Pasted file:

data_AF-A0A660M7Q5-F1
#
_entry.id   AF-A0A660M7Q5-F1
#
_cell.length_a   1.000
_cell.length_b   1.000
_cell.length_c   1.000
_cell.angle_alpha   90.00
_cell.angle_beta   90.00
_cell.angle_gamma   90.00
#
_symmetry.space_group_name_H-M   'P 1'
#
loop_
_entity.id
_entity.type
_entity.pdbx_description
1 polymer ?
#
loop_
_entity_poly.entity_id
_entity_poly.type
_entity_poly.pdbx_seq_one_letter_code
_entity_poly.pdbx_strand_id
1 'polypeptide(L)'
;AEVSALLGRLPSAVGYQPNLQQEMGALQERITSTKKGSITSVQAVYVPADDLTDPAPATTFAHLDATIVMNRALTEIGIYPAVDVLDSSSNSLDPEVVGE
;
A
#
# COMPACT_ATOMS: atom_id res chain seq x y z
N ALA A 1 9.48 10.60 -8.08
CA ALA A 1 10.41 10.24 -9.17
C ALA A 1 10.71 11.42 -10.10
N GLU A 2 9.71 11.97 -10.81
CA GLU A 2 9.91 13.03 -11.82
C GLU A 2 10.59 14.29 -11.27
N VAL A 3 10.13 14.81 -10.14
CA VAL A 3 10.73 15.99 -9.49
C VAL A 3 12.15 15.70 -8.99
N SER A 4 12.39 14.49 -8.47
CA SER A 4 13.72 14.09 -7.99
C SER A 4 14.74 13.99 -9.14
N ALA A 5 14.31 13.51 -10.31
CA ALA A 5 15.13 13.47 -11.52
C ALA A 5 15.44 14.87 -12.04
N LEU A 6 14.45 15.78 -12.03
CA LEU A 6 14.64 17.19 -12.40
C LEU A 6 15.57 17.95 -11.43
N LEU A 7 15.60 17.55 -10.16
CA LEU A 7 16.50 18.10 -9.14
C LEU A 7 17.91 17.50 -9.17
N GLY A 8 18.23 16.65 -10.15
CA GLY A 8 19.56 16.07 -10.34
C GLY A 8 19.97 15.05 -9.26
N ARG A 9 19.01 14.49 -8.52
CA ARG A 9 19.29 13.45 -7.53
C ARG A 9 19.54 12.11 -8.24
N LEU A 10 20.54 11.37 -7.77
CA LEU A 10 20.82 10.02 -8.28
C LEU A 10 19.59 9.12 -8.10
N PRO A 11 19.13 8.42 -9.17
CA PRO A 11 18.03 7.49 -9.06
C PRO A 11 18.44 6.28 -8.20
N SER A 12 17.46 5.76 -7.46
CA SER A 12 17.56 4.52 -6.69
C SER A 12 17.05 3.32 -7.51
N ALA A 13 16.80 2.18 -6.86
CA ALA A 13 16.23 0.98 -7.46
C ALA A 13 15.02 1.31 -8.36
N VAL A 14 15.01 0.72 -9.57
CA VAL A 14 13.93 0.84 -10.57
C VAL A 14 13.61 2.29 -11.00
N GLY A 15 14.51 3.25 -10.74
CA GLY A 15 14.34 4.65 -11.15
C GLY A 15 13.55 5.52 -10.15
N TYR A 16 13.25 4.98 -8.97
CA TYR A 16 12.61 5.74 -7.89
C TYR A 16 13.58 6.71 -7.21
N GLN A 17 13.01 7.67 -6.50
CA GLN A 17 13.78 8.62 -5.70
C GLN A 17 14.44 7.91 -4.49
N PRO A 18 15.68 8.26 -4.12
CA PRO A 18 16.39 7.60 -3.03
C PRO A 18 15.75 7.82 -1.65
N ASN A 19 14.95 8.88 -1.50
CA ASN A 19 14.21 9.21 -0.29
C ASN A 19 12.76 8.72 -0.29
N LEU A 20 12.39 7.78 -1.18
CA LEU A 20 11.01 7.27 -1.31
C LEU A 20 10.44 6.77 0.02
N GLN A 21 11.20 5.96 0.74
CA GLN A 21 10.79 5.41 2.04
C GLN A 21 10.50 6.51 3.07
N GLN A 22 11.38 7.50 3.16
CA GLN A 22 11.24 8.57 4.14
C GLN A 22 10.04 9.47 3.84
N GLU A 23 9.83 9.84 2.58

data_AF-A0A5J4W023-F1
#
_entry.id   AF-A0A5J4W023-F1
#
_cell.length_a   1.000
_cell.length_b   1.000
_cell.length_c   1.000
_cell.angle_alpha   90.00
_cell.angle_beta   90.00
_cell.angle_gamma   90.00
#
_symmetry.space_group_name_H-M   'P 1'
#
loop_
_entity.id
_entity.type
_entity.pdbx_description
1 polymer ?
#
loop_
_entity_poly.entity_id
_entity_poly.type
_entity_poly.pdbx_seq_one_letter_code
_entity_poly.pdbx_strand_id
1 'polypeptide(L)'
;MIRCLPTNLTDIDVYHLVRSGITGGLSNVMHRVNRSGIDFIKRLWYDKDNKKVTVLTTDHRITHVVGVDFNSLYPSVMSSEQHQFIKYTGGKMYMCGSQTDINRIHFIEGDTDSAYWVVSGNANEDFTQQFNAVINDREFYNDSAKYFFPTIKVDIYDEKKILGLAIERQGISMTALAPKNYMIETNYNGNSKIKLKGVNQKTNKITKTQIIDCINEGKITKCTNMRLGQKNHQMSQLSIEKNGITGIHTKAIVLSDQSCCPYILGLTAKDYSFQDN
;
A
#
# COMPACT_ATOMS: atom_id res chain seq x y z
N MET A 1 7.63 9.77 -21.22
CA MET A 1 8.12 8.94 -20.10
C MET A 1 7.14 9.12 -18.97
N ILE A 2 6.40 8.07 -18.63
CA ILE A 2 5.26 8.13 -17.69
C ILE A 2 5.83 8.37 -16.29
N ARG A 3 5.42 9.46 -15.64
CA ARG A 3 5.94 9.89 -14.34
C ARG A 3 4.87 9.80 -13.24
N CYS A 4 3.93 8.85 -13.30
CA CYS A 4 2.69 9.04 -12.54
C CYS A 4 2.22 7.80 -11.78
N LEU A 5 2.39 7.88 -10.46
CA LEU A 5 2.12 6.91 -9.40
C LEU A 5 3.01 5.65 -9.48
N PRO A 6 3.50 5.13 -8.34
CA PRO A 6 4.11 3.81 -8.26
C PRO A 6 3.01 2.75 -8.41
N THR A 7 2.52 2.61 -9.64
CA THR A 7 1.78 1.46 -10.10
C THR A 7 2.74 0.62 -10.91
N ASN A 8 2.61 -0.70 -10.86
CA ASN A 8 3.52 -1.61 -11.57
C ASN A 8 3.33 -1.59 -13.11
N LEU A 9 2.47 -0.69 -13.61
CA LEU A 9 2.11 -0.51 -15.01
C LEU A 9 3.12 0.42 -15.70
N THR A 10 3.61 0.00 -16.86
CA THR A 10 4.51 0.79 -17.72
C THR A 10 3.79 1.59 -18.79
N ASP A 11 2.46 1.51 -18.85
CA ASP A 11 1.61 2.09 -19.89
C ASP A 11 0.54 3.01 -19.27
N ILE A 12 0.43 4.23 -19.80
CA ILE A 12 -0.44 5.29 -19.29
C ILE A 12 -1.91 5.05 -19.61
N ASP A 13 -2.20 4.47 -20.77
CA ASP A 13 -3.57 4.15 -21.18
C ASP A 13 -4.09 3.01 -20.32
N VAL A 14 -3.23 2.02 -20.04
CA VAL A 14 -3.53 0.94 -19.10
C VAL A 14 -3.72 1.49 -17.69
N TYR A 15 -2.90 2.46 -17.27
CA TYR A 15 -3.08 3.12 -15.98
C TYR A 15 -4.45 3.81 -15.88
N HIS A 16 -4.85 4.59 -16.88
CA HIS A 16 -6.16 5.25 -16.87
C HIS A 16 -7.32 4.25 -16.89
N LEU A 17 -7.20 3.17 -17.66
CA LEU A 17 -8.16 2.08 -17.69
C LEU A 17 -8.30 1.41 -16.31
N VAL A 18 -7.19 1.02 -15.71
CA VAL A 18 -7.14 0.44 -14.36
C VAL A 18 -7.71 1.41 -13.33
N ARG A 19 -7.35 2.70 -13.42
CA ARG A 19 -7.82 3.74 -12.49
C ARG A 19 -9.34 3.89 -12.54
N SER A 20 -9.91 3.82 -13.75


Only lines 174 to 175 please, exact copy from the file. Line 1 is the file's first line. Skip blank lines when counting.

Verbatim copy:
CA HIS A 16 -6.16 5.25 -16.87
C HIS A 16 -7.32 4.25 -16.89